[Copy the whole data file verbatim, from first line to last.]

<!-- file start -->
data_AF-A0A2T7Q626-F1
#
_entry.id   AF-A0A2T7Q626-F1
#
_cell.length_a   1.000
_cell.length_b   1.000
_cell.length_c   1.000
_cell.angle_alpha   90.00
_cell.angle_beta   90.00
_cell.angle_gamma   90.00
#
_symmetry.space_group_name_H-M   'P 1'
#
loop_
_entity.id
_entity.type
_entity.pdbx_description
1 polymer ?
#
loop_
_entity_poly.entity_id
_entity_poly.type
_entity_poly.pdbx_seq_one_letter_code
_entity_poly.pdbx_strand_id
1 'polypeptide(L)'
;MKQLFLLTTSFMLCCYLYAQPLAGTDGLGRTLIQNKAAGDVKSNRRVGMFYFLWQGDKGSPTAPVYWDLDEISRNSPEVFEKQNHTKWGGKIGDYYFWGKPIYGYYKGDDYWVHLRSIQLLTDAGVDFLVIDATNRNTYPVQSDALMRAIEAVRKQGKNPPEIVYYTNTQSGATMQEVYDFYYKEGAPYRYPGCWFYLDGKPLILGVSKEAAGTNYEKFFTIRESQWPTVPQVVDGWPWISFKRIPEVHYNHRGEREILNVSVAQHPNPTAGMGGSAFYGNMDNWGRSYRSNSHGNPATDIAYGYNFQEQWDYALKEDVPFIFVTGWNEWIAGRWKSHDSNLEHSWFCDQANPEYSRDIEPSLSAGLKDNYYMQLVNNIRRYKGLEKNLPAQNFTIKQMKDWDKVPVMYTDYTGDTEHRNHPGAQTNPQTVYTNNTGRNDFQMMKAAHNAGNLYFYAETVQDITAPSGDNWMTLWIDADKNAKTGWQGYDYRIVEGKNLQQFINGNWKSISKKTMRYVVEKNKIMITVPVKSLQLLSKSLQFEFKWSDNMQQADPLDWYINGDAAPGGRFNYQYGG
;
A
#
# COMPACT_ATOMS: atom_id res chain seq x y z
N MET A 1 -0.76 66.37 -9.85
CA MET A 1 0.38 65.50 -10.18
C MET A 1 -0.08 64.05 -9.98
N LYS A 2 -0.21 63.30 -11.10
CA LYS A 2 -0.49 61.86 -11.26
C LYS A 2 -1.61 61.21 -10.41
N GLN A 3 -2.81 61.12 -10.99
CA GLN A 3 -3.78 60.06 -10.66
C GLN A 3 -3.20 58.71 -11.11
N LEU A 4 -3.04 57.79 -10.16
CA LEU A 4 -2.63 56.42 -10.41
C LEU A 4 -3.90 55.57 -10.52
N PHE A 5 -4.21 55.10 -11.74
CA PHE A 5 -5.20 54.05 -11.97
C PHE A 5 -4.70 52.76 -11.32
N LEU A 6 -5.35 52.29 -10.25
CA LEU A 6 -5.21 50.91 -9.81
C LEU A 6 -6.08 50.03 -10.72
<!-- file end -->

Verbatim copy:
data_AF-A0A2T7Q626-F1
#
_entry.id   AF-A0A2T7Q626-F1
#
_cell.length_a   1.000
_cell.length_b   1.000
_cell.length_c   1.000
_cell.angle_alpha   90.00
_cell.angle_beta   90.00
_cell.angle_gamma   90.00
#
_symmetry.space_group_name_H-M   'P 1'
#
loop_
_entity.id
_entity.type
_entity.pdbx_description
1 polymer ?
#
loop_
_entity_poly.entity_id
_entity_poly.type
_entity_poly.pdbx_seq_one_letter_code
_entity_poly.pdbx_strand_id
1 'polypeptide(L)'
;MKQLFLLTTSFMLCCYLYAQPLAGTDGLGRTLIQNKAAGDVKSNRRVGMFYFLWQGDKGSPTAPVYWDLDEISRNSPEVFEKQNHTKWGGKIGDYYFWGKPIYGYYKGDDYWVHLRSIQLLTDAGVDFLVIDATNRNTYPVQSDALMRAIEAVRKQGKNPPEIVYYTNTQSGATMQEVYDFYYKEGAPYRYPGCWFYLDGKPLILGVSKEAAGTNYEKFFTIRESQWPTVPQVVDGWPWISFKRIPEVHYNHRGEREILNVSVAQHPNPTAGMGGSAFYGNMDNWGRSYRSNSHGNPATDIAYGYNFQEQWDYALKEDVPFIFVTGWNEWIAGRWKSHDSNLEHSWFCDQANPEYSRDIEPSLSAGLKDNYYMQLVNNIRRYKGLEKNLPAQNFTIKQMKDWDKVPVMYTDYTGDTEHRNHPGAQTNPQTVYTNNTGRNDFQMMKAAHNAGNLYFYAETVQDITAPSGDNWMTLWIDADKNAKTGWQGYDYRIVEGKNLQQFINGNWKSISKKTMRYVVEKNKIMITVPVKSLQLLSKSLQFEFKWSDNMQQADPLDWYINGDAAPGGRFNYQYGG
;
A
#
# COMPACT_ATOMS: atom_id res chain seq x y z
N MET A 1 -0.76 66.37 -9.85
CA MET A 1 0.38 65.50 -10.18
C MET A 1 -0.08 64.05 -9.98
N LYS A 2 -0.21 63.30 -11.10
CA LYS A 2 -0.49 61.86 -11.26
C LYS A 2 -1.61 61.21 -10.41
N GLN A 3 -2.81 61.12 -10.99
CA GLN A 3 -3.78 60.06 -10.66
C GLN A 3 -3.20 58.71 -11.11
N LEU A 4 -3.04 57.79 -10.16
CA LEU A 4 -2.63 56.42 -10.41
C LEU A 4 -3.90 55.57 -10.52
N PHE A 5 -4.21 55.10 -11.74
CA PHE A 5 -5.20 54.05 -11.97
C PHE A 5 -4.70 52.76 -11.32
N LEU A 6 -5.35 52.29 -10.25
CA LEU A 6 -5.21 50.91 -9.81
C LEU A 6 -6.08 50.03 -10.72